Where is accused backdating fraudster Kobi Alexander? Yesterday federal prosecutors charged the Comverse CEO and two other former Comverse executive with running an elaborate options dating scheme that included a “slush fund” of backdated options used to reward favored employees and recruit executives to the company. The two other executives turned themselves in but Alexander is considered a fugitive. A warrant for his arrest has been issued but he has yet to be apprehended.
So what’s going on? Where is Alexander? DealBreaker is hearing that Alexander has fled the country for a foreign safe-haven which he believes will not extradite him to face charges in the US. (So don’t bother looking for him in the UK.) Of course, this is totally unconfirmed rumor-mongering. Neither the US attorneys office nor Alexander’s attorneys could be reached for comment.
Federal prosecutor Peter McNulty announced the second criminal case against alleged backdaters, naming Comverse Technology Inc. former Chief Executive Officer Kobi Alexander and two other Comverse executives as accused backdaters.
A picture of the SEC-Justice theory of criminal backdating is starting to emerge. This case shares with the Brocade case a few elements. First, the feds seem to be targeting executives who went around their company’s compensation committee. Second, the feds are not shy about targeting executives who approved backdated stock options for others. That is to say, there doesn’t need to be a direct personal benefit to the executives granting the options for them to be criminal. McNulty today accused the Comverse execs of creating an options “slush fund” for favored employees.
By the way, have you seen the man pictured above? That’s Alexander, who has not surrendered to the authorities and is currently considered a fugitive.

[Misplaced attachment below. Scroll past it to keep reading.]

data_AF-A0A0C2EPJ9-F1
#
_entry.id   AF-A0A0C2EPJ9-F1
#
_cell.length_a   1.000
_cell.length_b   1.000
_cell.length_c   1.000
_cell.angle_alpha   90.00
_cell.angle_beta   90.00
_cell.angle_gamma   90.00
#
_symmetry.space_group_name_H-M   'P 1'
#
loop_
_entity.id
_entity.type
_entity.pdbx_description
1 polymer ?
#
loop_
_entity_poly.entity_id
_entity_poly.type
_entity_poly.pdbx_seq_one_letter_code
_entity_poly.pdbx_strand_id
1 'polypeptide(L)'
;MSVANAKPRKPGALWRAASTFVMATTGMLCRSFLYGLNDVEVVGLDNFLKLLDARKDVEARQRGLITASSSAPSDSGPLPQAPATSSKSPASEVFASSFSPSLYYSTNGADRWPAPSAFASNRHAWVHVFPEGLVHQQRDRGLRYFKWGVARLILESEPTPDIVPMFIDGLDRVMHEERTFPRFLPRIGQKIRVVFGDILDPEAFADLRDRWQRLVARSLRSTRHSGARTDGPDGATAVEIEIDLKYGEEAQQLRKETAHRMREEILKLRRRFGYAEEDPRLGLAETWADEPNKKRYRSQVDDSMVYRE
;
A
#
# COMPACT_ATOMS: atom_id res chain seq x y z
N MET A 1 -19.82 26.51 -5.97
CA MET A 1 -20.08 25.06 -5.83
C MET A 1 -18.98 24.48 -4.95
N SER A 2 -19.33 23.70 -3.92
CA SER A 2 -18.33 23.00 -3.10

Comverse Ex-Chief Alexander Charged in Options Case [Bloomberg]
Pixar is the latest company to come under scrutiny for options timing. In 2000, the animators awarded its creative director stock options dated on a day when its shares were within a dollar of its low for the year, according to reports. This comes just days after it was revealed that Apple, headed by Pixar founder Steve Jobs, may be forced to restate earnings due to options timing concerns. As the list expands, we’re starting to wonder: is there anyone, and especially anyone in Silicon Valley, who wasn’t getting creative with options timing?
Pixar awarded share options near 2000 low [Reuters]
The first criminal backdating case got under way yesterday with the arraignment of Greg Reyes, the former Brocade CEO charged by federal prosecutors with manipulating the timing of stock options granted to his employees. The judge set his bail at two million clams. That might seem pretty steep unless you recall that while he was CEO, Reyes sold Brocade stock worth an estimated $380 million.
More background on Reyes from the San Jose Mercury News here
Ex-Brocade CEO free on $2M bail [Reuters]